THE Royal College of Art’s community engagement and transport planning project is continuing to invite comments about its initial findings on Lyme Regis and is interested to hear views from as many people as possible.
Lyme Regis was one of three rural communities chosen for a prestigious research project, with the aim of aims to reimagining public spaces and transport systems in light of the coronavirus pandemic.
Having listened to the views of those who have taken part in the project so far, the Royal College of Art (RCA) created a visualisation of what might be possible in the town, described as a ‘Lyme Regis Utopia’, which they hope could provide solutions for one of the town’s biggest issues – traffic congestion and lack of parking.
The ‘Lyme Regis Utopia’ (pictured above) shows an image of the Cobb Gate area adapted with open green spaces, wider pavements and limited traffic to create a “bustling public realm”.
In contrast, the RCA has also created a ‘Lyme Regis Dystopia’ based on people’s concerns, showing the same area of Cobb Gate with packed crowds, busy roads and no green space.
Outlining their hopes and ambitions for the community, those taking part in the project listed green, clean and inclusive spaces; more social activities including leisure and sport; better transport connections and reduced traffic in the town centre; affordable housing for young generations; not to become overly reliant on tourism; a solution to litter problems; and a greater variety of jobs.
The main issues raised were regarding traffic, congestion and parking, with Broad Street and Church Street the main areas of concern, as well as environmental issues and isolation.
The RCA is now looking at ‘Barriers to Change’ and is asking residents to keep sharing their views so the project researchers can gain insights into where their stakeholders – which include the Transport Planning Society; Royal Town Planning Institute; Chartered Institution of Highways and Transportation; National Association of Local Councils; SUSTRANS; Living Streets; the RAC Foundation and the Centre for Ageing Better – can help promote processes which enable wide community involvement in planning for the future of towns and villages.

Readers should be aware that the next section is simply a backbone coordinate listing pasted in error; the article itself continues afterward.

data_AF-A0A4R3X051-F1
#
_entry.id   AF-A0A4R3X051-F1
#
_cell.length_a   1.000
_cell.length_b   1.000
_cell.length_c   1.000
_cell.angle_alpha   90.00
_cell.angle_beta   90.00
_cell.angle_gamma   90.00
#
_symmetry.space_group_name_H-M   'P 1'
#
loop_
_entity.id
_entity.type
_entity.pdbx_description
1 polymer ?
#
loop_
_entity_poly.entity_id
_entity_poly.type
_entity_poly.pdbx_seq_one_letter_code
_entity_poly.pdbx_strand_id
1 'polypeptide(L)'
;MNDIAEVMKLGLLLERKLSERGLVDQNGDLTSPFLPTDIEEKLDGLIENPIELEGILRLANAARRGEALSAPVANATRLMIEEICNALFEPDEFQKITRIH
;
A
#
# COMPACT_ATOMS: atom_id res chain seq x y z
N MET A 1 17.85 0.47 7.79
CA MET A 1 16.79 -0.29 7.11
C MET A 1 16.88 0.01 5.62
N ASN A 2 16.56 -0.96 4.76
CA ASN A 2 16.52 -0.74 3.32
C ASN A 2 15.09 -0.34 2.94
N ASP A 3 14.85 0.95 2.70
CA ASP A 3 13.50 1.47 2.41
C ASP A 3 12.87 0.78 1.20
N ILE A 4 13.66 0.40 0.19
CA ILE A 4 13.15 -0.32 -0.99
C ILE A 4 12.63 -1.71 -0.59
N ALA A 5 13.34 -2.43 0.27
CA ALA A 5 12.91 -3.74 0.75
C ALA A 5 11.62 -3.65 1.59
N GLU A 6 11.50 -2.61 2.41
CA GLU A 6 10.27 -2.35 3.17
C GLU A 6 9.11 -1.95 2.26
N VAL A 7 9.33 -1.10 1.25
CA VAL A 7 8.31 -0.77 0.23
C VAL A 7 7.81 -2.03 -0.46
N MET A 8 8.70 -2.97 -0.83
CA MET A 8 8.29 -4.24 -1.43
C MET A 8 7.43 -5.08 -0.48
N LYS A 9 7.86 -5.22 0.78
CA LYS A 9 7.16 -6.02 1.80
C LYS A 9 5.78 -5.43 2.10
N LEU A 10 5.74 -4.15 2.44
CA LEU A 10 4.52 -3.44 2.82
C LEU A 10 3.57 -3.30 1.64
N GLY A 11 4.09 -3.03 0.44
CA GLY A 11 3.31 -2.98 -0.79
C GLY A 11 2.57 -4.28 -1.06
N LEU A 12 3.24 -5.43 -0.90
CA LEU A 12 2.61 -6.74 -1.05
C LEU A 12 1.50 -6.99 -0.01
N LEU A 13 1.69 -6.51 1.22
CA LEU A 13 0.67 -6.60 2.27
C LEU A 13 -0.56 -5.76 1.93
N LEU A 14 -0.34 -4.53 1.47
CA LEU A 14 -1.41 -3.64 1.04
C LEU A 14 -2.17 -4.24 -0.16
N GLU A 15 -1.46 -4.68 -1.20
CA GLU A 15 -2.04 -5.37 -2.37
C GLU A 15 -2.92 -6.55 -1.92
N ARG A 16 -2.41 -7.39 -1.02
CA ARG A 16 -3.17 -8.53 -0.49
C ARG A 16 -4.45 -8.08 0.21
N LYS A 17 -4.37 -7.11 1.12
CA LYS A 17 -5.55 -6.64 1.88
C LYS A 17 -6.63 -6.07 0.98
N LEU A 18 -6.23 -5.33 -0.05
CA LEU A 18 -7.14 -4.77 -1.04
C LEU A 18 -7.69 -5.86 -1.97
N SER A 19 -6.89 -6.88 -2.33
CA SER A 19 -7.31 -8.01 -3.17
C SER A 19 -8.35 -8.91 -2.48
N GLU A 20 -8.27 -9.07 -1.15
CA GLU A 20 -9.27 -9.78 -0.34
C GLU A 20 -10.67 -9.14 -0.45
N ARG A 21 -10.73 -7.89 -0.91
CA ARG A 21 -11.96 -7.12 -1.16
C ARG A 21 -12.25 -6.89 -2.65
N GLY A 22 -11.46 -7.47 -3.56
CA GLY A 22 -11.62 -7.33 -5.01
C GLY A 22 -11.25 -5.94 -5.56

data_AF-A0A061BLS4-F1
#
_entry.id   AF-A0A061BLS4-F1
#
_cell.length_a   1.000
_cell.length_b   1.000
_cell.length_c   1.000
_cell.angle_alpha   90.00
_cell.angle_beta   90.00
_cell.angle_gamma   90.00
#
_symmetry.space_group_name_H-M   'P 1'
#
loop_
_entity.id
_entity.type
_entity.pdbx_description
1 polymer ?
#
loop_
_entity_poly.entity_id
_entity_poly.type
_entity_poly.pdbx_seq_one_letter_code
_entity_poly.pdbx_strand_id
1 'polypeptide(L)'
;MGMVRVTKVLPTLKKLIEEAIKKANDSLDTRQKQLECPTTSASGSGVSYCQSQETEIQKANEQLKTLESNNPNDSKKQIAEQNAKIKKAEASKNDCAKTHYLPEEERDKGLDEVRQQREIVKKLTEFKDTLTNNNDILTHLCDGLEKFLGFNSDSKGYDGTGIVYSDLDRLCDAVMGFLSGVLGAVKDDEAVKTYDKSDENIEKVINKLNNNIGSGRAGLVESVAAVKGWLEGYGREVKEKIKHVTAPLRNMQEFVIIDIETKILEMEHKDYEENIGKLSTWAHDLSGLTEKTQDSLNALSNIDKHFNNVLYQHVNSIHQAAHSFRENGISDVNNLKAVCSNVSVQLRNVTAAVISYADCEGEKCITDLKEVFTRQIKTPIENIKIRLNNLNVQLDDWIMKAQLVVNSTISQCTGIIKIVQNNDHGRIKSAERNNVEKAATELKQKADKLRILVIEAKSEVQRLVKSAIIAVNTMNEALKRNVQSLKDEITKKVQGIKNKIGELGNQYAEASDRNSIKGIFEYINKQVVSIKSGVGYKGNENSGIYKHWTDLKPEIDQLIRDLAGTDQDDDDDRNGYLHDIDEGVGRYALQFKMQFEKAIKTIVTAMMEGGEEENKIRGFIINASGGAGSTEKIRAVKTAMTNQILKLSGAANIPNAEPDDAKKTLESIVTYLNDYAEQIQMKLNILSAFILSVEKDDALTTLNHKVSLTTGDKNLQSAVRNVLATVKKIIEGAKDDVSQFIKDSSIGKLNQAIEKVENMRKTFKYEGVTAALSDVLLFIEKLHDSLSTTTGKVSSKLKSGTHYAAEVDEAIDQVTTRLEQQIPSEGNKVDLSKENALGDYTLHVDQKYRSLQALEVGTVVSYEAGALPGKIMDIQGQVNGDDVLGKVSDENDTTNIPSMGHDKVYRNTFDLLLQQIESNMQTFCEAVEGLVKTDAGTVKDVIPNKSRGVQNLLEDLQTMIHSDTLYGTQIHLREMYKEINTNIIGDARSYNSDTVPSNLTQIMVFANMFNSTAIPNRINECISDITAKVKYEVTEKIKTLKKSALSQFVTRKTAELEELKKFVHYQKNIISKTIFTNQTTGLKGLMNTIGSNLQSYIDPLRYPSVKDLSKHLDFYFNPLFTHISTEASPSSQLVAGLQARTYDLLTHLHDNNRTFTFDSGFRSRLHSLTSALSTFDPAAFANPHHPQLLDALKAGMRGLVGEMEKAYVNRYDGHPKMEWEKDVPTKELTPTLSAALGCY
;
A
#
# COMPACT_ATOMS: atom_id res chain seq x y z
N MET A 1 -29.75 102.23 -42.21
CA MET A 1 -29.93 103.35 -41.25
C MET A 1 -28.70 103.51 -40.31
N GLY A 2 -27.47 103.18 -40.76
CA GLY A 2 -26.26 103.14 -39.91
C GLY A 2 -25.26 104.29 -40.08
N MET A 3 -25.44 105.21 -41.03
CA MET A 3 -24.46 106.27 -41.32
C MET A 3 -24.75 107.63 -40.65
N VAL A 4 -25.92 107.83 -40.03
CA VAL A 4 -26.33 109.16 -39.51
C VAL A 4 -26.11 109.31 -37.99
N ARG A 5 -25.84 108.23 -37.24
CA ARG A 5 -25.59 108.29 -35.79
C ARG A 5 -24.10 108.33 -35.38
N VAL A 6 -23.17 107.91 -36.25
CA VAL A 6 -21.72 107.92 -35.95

Funding is currently being sought for continuation of the project beyond the presentation of the final findings to be released on Sustainable Transport Day on November 16.
Town councillor Belinda Bawden, who has been promoting the project locally, said: “Please get involved – this is a real chance to be listened to about the challenges we face and the visions we have for the future.”
There are a number of ways residents can share their view – you could choose the original survey, the ‘Barriers to Change’ survey, join Zoom meetings or email and phone to talk to the research team. In particular, researchers would be keen to hear the views of younger people and anyone with different mobility experiences.
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